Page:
Three months into his marriage to Fatima, a marriage he initially resisted, Abdulla loses her in a fatal car accident. Though he had resisted the idea of marriage, he'd grown accustomed to having Fatima around and had grown to love her. Her sudden death left a void and he vowed to never marry again. It's unfortunate, then, that part of his duty to his family is to re-marry, specifically, one of his cousins.
Abdulla's cousin, Hind, has no desire to get married either. A bookish, yet stylish, woman, she'd like nothing more than to get her master's and work. Whereas most Qatari wives are content with shopping, she wants more from life. Feeling pressure from the family, Abdulla and Hind agree to marry after Hind has spent a year in London working on her degree.
I thoroughly enjoyed the relationship between Hind and Sangita, her classmate turned roommate and best friend. An American of Indian descent, Sangita was raised in a Hindu household. While she's familiar with some of the aspects of Hind's religion, Islam, she's not aware of them all and the author does a great job of highlighting the similarities and differences. With time running out, it's up to Sangita to help Abdulla and Hind figure out how they can, or if they want to, make the marriage work.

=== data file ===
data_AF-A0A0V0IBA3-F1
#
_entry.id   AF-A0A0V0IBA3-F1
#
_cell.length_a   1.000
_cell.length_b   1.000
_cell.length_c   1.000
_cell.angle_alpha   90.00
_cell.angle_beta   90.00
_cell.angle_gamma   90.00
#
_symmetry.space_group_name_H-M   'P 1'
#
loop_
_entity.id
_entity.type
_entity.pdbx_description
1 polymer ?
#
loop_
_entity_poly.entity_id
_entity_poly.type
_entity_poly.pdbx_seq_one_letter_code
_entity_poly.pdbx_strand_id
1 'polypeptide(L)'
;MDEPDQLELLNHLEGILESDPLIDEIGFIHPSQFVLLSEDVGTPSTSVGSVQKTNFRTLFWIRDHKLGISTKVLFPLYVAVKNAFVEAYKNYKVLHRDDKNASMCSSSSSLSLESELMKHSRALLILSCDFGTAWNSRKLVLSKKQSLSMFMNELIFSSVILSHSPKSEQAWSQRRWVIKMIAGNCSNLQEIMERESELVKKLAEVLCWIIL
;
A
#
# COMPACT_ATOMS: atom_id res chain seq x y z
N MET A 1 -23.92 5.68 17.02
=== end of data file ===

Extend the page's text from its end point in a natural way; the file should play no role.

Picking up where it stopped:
I had to laugh at some comments and nod in agreement with others as Rajakumar pokes fun at stereotypes and ideology. For example,
When she arrives for orientation, bang on time, which would have been considered early in Doha, she is the last student there. So much for trying to avoid the stereotype of being on Arab time.
Growing up in the African American community, there's always been a joke about people that consistently run late being on CP time. CP meaning colored people.
In another instance, Abdulla is called a Paki (short for Pakistani) and Sangita is surprised to see that he doesn't react, only commenting to her that he's Arab, not Asian. To which she responds, in reference to the West,
"They colonize the world and don't even bother to notice that we're different?"
"Brown is brown. Sometimes brown is even black," he says.
While the author doesn't spend a lot of time dwelling on how the Asian or Arab world is perceived by Europeans or Americans, it is interesting to note that the perceptions and stereotypes of people of color can be just as damaging in Europe as they are in America.
This was a short and enjoyable read. At only $ 2.99 (free for Prime members) in the Amazon store, you should definitely check it out if you're looking to broaden your mind.
Published: July 2012